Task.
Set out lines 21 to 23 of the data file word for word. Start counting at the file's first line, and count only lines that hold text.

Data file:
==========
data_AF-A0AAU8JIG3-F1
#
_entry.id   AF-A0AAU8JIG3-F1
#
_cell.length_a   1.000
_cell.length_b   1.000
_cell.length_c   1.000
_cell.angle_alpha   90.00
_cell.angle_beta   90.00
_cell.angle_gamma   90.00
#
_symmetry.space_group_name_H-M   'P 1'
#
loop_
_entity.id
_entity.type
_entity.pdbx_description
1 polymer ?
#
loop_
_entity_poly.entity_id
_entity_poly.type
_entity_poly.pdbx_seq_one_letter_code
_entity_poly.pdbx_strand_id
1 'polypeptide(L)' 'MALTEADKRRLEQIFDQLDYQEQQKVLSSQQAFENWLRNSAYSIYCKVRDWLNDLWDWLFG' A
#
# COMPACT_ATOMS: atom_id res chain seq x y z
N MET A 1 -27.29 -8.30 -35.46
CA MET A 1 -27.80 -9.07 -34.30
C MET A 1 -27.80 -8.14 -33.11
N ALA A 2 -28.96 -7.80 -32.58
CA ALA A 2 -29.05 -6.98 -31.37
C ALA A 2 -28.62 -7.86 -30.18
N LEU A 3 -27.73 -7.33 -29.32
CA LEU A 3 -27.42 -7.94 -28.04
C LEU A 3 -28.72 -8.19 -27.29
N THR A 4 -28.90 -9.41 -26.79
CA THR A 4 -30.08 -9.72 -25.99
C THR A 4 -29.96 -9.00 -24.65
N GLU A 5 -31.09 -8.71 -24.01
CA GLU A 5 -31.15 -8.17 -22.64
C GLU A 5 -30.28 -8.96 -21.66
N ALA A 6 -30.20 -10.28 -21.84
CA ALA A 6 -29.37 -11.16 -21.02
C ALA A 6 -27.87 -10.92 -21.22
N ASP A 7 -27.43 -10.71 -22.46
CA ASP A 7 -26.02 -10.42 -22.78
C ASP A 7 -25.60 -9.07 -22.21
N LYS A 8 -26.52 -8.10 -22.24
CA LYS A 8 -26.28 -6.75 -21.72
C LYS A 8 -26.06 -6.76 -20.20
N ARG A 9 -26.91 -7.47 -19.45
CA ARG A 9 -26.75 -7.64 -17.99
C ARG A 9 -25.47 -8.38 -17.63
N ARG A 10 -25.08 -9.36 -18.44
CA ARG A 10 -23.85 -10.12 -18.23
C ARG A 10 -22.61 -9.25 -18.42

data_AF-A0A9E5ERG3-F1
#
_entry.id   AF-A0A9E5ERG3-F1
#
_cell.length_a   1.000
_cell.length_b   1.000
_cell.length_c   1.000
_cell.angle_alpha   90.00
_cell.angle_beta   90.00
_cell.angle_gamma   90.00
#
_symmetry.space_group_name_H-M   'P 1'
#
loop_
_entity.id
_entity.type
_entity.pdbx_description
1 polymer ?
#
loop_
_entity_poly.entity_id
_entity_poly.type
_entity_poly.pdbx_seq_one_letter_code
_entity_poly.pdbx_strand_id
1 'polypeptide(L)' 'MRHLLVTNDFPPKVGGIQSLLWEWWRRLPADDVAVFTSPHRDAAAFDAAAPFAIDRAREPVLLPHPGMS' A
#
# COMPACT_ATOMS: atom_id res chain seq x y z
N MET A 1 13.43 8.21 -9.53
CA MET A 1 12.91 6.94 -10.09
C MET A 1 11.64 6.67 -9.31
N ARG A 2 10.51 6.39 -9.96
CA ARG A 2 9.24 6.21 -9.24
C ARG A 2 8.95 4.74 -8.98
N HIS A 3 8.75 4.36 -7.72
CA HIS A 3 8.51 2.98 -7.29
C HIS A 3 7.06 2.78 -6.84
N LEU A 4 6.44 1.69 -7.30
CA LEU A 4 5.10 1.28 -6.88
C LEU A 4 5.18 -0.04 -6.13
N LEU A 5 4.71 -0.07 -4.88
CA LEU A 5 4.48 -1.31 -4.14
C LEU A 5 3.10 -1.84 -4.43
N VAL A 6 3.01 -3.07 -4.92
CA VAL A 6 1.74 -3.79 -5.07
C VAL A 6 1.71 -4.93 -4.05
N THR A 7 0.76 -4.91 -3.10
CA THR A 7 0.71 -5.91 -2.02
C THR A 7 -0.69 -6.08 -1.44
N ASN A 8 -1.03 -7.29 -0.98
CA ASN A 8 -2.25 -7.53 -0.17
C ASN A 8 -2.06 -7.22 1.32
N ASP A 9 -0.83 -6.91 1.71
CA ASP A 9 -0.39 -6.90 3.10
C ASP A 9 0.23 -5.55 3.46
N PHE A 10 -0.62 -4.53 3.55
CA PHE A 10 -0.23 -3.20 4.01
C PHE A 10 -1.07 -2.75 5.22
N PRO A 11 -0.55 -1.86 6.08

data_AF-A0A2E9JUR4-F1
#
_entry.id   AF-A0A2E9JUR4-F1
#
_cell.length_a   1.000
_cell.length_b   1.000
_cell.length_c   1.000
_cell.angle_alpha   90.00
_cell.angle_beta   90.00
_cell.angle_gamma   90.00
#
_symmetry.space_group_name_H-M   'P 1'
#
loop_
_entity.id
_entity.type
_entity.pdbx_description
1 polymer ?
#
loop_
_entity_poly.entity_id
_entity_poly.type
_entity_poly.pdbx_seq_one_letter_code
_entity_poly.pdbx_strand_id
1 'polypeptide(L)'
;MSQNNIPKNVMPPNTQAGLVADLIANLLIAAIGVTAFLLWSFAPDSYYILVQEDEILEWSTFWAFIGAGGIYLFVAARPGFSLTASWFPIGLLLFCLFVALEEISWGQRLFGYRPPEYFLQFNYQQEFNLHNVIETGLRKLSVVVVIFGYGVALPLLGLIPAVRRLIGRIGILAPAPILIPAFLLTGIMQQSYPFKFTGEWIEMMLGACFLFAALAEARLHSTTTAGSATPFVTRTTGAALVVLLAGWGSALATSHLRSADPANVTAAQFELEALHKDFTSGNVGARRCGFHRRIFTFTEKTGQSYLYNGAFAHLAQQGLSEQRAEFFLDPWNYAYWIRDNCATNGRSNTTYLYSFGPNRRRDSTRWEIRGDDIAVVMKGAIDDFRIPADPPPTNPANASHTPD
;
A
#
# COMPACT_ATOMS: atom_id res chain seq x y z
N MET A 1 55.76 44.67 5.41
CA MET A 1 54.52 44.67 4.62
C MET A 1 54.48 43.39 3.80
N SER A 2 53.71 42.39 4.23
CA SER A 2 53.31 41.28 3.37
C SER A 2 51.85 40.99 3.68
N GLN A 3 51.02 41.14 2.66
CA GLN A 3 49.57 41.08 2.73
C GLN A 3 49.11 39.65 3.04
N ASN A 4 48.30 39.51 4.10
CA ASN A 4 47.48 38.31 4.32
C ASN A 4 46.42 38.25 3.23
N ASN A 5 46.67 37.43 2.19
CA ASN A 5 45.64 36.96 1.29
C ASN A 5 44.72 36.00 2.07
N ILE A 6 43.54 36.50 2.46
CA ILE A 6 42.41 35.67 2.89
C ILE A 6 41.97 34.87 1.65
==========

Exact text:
_entity_poly.entity_id
_entity_poly.type
_entity_poly.pdbx_seq_one_letter_code